Wednesday 5 September 2018

Scanners live in vain

What's happening at New In Chess? Last year they forgot the difference between a rook and a bishop. Earlier this year they forgot to ask permission to use other publishers' work (preferring instead to re-translate it back to English instead). Now it seems they've forgotten how to use a scanner.

I got one of their emails yesterday - almost always a welcome sight, except when it concerns a book by Cyrus Lakdawala. This one is written by Jerzy Konikowski and Robert Ullrich, is about the King's Indian Attack and is the latest (the third, I think) in the Properly Played series.

Well you say "properly played", but if we click on the link in the email and on the New In Chess page that appears we click on Sample Pages, we get this.

Several pages of this.


All right, maybe they haven't forgotten how to use their scanner, maybe it's broken or something. As it happens mine is pretty rickety and I often prefer to give it a miss. Mind you, I'm just an amateur with a blog rather than a professional publisher and I can't think of another professional publisher who presents their publications like that. (What do I know? I'm a bookseller and a qualified librarian. I've spent the last twenty years looking at publishers' websites.) Are New In Chess really going to do this?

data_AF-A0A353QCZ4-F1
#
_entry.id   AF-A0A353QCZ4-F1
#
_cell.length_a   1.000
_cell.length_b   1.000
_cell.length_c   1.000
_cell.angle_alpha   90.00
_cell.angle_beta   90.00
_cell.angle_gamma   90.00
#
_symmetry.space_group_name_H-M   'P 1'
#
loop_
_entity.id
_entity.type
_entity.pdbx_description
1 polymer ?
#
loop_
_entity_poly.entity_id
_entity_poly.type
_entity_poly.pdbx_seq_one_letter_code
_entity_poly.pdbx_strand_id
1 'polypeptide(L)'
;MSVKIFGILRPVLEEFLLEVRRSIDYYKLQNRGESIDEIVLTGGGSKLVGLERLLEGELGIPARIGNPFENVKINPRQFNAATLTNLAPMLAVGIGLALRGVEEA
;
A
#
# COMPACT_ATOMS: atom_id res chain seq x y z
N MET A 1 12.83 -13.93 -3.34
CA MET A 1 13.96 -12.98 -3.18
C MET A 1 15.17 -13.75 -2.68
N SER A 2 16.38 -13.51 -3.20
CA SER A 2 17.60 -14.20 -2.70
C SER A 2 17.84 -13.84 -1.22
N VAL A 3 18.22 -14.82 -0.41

The rooks-and-bishops fiasco raised my eyebrows. The Shereshevsy fiasco made my jaw drop. The scanner fiasco?


Anonymous said...

I prefered the Openings for Women scandal at Quality Chess
--theblueweasel, simplyblue

Anonymous said...

I did wonder whether it was a presentational quirky style.

What about the content though? Playing 1. e4 2. d3 regardless of Black's response. Arguably White isn't worse by playing this, but it's not seizing the initiative and it's an early declaration of intent. But then 1. d4 Nf6/d5 2. Bf4 has become popular and there's advocacy of 1. d4 d5 2. Nf3 Nf6 3. e3


Jon said...

More of the same with the New In Chess release on Sultan Khan ... sample pages are hilariously amateurish scans. Someone needs to have a word...

Steve said...

The "photocopied by a drunk" look is far from being the weirdest thing about the Sultan Khan extract. Apparently most of the book is a collection of annotated games, but we are not shown any of these to judge how deep or insightful the analysis is. The rest of it "depicts historical truth in connection with fictional elements". Judging by the chapter in the extract, this is done in the style of a primary school essay.